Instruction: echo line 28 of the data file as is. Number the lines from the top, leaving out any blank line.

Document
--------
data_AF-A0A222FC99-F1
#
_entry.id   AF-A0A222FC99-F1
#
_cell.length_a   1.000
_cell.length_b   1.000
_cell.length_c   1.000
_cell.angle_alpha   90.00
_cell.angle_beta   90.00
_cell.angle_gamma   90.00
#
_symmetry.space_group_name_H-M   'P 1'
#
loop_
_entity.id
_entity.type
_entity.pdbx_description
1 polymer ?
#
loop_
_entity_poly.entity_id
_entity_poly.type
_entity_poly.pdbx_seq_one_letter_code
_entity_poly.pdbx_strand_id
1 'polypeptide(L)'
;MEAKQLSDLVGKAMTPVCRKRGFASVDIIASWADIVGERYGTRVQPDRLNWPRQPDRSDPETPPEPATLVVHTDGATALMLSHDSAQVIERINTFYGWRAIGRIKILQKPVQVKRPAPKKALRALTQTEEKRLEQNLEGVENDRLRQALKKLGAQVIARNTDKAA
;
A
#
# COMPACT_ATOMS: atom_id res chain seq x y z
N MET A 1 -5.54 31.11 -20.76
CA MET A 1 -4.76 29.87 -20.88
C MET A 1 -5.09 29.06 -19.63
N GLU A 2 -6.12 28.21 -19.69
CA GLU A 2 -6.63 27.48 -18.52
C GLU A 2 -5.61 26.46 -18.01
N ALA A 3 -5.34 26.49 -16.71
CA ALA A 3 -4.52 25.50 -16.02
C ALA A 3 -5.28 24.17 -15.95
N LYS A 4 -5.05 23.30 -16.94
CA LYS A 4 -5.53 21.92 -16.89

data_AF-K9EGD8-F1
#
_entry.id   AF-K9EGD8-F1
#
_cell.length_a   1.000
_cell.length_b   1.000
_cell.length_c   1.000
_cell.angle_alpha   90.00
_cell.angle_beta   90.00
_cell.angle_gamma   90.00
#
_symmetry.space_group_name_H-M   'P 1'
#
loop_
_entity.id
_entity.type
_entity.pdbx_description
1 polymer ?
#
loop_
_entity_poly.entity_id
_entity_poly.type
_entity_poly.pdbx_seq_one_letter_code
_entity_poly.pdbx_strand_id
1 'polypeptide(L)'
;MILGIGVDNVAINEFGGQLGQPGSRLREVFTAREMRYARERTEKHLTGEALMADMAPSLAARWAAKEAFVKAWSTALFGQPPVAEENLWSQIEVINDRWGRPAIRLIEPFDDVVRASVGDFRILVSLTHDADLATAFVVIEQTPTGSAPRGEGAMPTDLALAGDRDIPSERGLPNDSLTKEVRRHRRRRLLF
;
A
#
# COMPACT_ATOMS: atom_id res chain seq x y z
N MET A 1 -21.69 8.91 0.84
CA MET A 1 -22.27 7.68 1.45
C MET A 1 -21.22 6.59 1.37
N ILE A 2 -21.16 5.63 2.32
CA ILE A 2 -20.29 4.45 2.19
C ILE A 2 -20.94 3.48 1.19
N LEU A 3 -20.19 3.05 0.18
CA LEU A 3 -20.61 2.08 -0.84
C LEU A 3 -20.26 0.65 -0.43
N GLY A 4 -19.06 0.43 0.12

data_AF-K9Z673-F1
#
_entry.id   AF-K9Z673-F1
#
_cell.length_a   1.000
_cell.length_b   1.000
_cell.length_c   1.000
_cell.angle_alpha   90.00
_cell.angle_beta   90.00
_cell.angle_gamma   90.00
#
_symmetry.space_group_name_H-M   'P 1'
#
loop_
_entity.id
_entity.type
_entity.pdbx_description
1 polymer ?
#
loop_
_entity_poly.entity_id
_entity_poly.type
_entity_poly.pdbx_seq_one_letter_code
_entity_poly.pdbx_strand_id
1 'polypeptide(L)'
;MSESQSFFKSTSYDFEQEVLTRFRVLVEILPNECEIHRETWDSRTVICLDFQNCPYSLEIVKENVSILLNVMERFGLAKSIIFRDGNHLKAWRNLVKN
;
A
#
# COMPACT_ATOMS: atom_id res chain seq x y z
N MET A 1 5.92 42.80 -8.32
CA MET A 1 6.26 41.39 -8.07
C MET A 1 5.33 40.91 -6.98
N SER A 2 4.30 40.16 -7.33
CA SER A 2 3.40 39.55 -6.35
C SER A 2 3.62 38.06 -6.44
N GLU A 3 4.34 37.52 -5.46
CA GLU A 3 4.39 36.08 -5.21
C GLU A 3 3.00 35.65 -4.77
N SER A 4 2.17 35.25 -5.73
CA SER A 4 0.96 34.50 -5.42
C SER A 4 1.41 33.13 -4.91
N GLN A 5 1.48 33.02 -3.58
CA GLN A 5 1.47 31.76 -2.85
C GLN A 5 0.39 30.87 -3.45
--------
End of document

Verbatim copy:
A